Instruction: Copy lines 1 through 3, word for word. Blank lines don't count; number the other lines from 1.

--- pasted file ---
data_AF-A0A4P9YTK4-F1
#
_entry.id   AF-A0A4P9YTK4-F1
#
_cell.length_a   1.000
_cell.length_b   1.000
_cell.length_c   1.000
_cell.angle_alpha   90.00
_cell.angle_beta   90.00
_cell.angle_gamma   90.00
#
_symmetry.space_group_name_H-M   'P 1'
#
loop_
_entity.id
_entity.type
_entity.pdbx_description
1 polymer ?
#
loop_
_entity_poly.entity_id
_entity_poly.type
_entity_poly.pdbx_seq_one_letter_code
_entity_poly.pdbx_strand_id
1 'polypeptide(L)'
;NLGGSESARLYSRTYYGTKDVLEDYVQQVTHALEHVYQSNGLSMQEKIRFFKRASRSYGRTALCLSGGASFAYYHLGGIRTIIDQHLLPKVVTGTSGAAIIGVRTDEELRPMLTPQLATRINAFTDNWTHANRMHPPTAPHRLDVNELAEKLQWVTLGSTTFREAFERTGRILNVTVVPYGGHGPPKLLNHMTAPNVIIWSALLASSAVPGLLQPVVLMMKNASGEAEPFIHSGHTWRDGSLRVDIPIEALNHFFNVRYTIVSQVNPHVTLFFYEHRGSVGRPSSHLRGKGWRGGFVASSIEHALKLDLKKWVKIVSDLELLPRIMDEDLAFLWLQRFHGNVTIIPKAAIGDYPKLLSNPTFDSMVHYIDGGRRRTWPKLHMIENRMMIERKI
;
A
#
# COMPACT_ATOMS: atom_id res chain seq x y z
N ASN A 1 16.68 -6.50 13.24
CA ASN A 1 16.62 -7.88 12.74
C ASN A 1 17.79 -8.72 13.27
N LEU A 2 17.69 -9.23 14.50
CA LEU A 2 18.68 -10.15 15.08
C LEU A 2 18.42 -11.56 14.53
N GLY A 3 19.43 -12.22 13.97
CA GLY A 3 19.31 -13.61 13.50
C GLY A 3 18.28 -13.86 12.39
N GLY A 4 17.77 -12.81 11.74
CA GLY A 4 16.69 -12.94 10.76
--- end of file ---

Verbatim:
data_AF-A0A4P9YTK4-F1
#
_entry.id   AF-A0A4P9YTK4-F1